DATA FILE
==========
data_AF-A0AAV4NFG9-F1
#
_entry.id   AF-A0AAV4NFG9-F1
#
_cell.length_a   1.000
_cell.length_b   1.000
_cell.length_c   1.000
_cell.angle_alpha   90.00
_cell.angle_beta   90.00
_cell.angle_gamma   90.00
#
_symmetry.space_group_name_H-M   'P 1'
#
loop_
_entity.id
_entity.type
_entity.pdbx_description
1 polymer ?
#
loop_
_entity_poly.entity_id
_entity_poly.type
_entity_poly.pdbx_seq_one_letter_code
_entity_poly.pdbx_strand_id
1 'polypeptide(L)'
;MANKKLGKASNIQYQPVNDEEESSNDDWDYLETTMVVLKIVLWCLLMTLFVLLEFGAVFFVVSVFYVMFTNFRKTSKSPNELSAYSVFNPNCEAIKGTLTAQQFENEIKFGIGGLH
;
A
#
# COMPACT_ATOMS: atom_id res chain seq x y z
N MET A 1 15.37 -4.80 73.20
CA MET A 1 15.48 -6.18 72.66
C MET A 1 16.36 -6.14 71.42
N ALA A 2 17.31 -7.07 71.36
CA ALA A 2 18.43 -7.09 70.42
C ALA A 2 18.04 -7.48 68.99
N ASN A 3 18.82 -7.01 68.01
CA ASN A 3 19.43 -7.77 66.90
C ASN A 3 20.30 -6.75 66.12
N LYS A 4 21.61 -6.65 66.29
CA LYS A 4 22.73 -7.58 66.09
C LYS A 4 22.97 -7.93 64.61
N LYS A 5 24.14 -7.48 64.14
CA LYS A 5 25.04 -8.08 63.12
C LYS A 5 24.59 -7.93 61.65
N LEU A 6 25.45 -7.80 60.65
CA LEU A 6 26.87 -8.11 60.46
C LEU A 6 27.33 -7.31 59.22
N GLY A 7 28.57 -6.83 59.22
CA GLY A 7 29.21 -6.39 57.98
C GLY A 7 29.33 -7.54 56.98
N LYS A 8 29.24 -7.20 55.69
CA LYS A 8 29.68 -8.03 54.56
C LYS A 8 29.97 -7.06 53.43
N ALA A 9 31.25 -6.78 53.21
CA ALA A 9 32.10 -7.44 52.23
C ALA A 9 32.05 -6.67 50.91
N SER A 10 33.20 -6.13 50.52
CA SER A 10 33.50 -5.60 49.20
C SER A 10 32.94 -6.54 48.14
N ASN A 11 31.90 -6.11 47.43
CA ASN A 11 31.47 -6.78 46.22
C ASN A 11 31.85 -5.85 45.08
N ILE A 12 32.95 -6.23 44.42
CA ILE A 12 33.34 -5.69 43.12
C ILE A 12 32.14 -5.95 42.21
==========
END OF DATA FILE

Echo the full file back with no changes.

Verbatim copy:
data_AF-A0AAV4NFG9-F1
#
_entry.id   AF-A0AAV4NFG9-F1
#
_cell.length_a   1.000
_cell.length_b   1.000
_cell.length_c   1.000
_cell.angle_alpha   90.00
_cell.angle_beta   90.00
_cell.angle_gamma   90.00
#
_symmetry.space_group_name_H-M   'P 1'
#
loop_
_entity.id
_entity.type
_entity.pdbx_description
1 polymer ?
#
loop_
_entity_poly.entity_id
_entity_poly.type
_entity_poly.pdbx_seq_one_letter_code
_entity_poly.pdbx_strand_id
1 'polypeptide(L)'
;MANKKLGKASNIQYQPVNDEEESSNDDWDYLETTMVVLKIVLWCLLMTLFVLLEFGAVFFVVSVFYVMFTNFRKTSKSPNELSAYSVFNPNCEAIKGTLTAQQFENEIKFGIGGLH
;
A
#
# COMPACT_ATOMS: atom_id res chain seq x y z
N MET A 1 15.37 -4.80 73.20
CA MET A 1 15.48 -6.18 72.66
C MET A 1 16.36 -6.14 71.42
N ALA A 2 17.31 -7.07 71.36
CA ALA A 2 18.43 -7.09 70.42
C ALA A 2 18.04 -7.48 68.99
N ASN A 3 18.82 -7.01 68.01
CA ASN A 3 19.43 -7.77 66.90
C ASN A 3 20.30 -6.75 66.12
N LYS A 4 21.61 -6.65 66.29
CA LYS A 4 22.73 -7.58 66.09
C LYS A 4 22.97 -7.93 64.61
N LYS A 5 24.14 -7.48 64.14
CA LYS A 5 25.04 -8.08 63.12
C LYS A 5 24.59 -7.93 61.65
N LEU A 6 25.45 -7.80 60.65
CA LEU A 6 26.87 -8.11 60.46
C LEU A 6 27.33 -7.31 59.22
N GLY A 7 28.57 -6.83 59.22
CA GLY A 7 29.21 -6.39 57.98
C GLY A 7 29.33 -7.54 56.98
N LYS A 8 29.24 -7.20 55.69
CA LYS A 8 29.68 -8.03 54.56
C LYS A 8 29.97 -7.06 53.43
N ALA A 9 31.25 -6.78 53.21
CA ALA A 9 32.10 -7.44 52.23
C ALA A 9 32.05 -6.67 50.91
N SER A 10 33.20 -6.13 50.52
CA SER A 10 33.50 -5.60 49.20
C SER A 10 32.94 -6.54 48.14
N ASN A 11 31.90 -6.11 47.43
CA ASN A 11 31.47 -6.78 46.22
C ASN A 11 31.85 -5.85 45.08
N ILE A 12 32.95 -6.23 44.42
CA ILE A 12 33.34 -5.69 43.12
C ILE A 12 32.14 -5.95 42.21